From the team behind Landstalker comes another isometric role-playing game. Dark Savior has an interesting concept: get to the ship’s captain within a certain time and you’ll get a different story. There are five in total, each with it’s own unique path through the island. The combat was also unique, putting you in to a one-on-one fight with your opponent. I found these to be a bit annoying at the start but you very quickly get used to their layout. The isometric view can work against you, especially during the platforming sections or when you’re trying to find something. Graphically, the game holds up well, which is something that can’t be said for a lot of 3D games in this generation. Overall, the game is an interesting take on the Role-Playing genre and it encourages multiple playthroughs to fully experience the story.
Lego Indiana Jones 2: The Adventure Continues
Xbox 360 – 2009
Lego Indiana Jones 2 is everything we expect in a Lego game: loads of extra characters, hunting treasure pieces and enjoyable when played with a friend.The game is slit out into several hub-worlds that follow each of the four films. The hub-worlds are an interesting addition and encourage you to explore to find new items or characters but the levels themselves are short. Each film follows a similar layout, with a driving section that can be be a bit frustrating and a giant boss you have to fight in a similar manner. It still has the Lego charm but it’s definitely one of the weakest in the series.
Lego Indiana Jones: The Original Adventures
Xbox 360 – 2008
Indy’s first adventure in to the world of Lego is a charming one. Play by yourself or with a friend as you make your way through the first three movies. It may be lacking in some of the features we’ve come to know in later Lego games, such as the open world or side missions, but it does have a decent variety of levels. Game-play is incredibly simplistic but there can be some annoying platforming moments although it’s nothing too serious. The music is traditional Indy tunes but there is no voice acting. Like a lot of the earlier Lego games, the characters use expressions and props to tell the story. The game, like every other one in the series, encourages at least a second play-through of each level in order to unlock everything.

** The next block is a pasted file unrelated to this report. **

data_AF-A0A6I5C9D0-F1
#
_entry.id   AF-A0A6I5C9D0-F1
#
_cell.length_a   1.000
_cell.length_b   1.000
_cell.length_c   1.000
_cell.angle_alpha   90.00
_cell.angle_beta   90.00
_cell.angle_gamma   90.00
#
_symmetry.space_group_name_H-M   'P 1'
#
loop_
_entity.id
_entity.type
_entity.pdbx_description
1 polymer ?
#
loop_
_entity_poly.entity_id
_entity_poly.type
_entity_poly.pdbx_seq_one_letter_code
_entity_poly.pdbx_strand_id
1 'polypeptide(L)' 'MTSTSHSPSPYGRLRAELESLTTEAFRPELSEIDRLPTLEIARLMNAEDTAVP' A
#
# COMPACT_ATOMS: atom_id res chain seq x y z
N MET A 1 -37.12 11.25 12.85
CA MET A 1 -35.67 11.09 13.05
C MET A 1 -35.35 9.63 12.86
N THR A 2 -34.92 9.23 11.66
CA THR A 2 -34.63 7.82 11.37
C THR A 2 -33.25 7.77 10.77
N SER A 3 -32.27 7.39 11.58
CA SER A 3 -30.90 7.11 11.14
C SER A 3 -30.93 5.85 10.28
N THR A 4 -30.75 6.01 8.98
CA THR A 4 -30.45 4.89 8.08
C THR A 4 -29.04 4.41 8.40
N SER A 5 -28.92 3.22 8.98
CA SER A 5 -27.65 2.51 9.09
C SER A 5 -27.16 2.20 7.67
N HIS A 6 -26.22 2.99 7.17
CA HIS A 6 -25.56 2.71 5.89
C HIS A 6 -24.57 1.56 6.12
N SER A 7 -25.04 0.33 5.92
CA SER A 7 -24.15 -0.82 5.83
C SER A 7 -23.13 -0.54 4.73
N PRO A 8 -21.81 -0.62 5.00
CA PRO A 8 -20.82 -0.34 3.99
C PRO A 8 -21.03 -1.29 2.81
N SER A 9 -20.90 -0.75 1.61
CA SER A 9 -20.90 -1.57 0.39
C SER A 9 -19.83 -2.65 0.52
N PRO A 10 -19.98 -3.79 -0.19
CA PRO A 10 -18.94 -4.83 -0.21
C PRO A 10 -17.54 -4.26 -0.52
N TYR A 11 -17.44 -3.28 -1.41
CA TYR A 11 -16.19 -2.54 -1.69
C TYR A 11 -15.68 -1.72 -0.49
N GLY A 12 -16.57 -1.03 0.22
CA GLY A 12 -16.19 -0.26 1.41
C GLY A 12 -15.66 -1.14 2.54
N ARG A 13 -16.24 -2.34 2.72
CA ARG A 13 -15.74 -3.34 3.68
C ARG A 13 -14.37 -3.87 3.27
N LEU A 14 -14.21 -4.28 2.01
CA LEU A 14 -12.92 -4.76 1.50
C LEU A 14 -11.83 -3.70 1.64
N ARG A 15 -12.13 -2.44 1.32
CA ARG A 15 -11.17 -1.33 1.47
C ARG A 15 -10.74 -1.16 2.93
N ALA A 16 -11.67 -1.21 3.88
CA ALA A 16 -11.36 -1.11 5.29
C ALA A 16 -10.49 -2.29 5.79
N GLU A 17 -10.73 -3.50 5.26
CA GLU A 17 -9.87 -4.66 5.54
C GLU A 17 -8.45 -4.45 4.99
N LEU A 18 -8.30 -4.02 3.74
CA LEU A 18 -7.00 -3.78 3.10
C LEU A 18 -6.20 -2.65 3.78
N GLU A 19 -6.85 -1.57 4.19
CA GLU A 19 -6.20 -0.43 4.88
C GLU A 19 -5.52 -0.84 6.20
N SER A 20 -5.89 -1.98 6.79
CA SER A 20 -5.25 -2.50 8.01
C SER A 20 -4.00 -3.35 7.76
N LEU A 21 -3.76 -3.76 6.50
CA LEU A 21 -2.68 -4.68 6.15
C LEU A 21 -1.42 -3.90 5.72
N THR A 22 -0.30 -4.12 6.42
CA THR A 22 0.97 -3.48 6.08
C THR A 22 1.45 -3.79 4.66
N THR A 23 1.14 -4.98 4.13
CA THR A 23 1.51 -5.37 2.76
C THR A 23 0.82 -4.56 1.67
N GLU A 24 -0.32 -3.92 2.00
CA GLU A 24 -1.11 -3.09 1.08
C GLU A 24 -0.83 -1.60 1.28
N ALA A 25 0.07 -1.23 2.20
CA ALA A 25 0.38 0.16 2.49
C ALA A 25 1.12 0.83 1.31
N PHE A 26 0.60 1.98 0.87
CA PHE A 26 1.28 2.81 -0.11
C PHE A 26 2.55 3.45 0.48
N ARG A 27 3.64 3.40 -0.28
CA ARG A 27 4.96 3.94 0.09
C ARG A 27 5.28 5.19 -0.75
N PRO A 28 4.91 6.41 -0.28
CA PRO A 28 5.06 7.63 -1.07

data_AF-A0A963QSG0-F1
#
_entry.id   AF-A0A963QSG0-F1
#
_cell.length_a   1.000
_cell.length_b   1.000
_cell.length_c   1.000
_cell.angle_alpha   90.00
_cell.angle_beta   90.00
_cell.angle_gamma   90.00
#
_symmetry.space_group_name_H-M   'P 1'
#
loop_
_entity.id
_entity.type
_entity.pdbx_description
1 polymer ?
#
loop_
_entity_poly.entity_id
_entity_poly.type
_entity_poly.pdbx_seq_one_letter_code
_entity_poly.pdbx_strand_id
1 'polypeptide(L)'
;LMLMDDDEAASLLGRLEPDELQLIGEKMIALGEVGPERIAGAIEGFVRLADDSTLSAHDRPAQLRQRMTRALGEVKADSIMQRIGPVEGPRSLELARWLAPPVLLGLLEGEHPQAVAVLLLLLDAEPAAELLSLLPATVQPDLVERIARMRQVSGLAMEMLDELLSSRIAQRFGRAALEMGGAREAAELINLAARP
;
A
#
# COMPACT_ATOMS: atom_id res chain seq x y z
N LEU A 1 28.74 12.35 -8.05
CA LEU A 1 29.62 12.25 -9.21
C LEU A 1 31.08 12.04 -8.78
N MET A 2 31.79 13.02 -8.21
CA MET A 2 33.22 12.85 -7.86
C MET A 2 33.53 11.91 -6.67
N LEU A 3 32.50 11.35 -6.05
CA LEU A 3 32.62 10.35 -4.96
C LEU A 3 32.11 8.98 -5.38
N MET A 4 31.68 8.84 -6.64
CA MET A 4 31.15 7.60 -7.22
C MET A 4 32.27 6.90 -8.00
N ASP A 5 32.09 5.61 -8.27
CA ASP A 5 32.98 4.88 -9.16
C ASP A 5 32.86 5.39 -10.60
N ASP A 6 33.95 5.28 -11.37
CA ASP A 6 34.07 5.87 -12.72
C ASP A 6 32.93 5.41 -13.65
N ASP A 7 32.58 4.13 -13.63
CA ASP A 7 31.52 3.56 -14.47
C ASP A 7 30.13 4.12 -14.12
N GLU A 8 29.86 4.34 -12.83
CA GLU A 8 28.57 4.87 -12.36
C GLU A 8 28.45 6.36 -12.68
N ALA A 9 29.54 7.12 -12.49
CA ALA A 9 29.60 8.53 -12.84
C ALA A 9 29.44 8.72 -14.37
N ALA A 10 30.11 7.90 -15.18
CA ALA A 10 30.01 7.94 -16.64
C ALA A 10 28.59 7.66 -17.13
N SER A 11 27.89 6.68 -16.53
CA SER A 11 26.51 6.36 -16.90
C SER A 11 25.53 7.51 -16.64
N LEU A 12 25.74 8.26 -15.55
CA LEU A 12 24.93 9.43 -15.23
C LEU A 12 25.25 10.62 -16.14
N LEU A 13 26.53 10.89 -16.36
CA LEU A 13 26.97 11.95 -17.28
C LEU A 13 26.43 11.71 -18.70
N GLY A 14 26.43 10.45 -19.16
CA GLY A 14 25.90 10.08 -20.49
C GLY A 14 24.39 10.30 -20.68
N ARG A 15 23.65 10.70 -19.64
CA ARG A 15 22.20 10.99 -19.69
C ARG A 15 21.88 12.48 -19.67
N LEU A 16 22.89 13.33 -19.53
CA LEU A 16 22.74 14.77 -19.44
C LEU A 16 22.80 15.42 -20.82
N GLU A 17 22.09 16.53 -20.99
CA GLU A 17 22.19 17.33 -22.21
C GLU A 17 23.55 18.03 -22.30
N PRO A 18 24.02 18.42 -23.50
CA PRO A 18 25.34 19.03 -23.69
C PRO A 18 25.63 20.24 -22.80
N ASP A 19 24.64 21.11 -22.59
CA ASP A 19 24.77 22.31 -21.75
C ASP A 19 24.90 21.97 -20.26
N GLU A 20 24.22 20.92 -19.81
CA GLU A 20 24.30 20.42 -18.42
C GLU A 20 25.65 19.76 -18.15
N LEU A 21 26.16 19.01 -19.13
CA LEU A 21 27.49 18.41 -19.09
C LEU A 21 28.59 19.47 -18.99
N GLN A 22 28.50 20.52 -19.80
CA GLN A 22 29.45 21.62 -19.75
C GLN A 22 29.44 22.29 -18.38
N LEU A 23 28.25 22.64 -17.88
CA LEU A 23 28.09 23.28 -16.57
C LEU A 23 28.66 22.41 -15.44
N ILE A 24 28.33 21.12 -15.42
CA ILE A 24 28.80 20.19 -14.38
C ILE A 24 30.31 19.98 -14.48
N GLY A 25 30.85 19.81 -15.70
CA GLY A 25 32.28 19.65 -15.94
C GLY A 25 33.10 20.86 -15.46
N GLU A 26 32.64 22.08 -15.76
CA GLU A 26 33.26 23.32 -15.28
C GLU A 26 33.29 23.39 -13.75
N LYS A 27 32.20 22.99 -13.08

World of Illusion Starring Mickey Mouse & Donald Duck
Sega Mega Drive – 1992
World of Illusion took everything Castle of Illusion did and improved upon it. The graphics look better, the platforming is tighter and the level layout is better presented. The levels themselves are a mixture of different whimsical areas and the music really compliments them well. It introduced Donald Duck as a second playable character, allowing you to adventure with a friend. The limited continues of Castle of Illusion are gone making the game a lot easier, although Castle of Illusion wasn’t too difficult in the first place. It’s probably the best of the Illusion series across the Sega consoles.
Castle of Illusion Starring Mickey Mouse
Sega Mega Drive – 1990
This game brings to the Mega Drive all the magic of the classic Mickey Mouse cartoons. It has bright graphics and excellent music, something you’d expect from a Mickey Mouse game. Mickey controls well and the platforming is smooth. There are some areas that feel like they require a leap of fate as you move through the level. The levels are fun and can be challenging at times. However, if you play on the easy mode, you will not be able to experience all the levels. The limited continues is both a blessing and a curse. The game isn’t too difficult so. you shouldn’t have too much trouble getting through but not having continues is an odd choice, especially in a Disney game. Overall, it’s well worth picking up the Illusion games as they’re some of the most enjoyable platformers on the Mega Drive.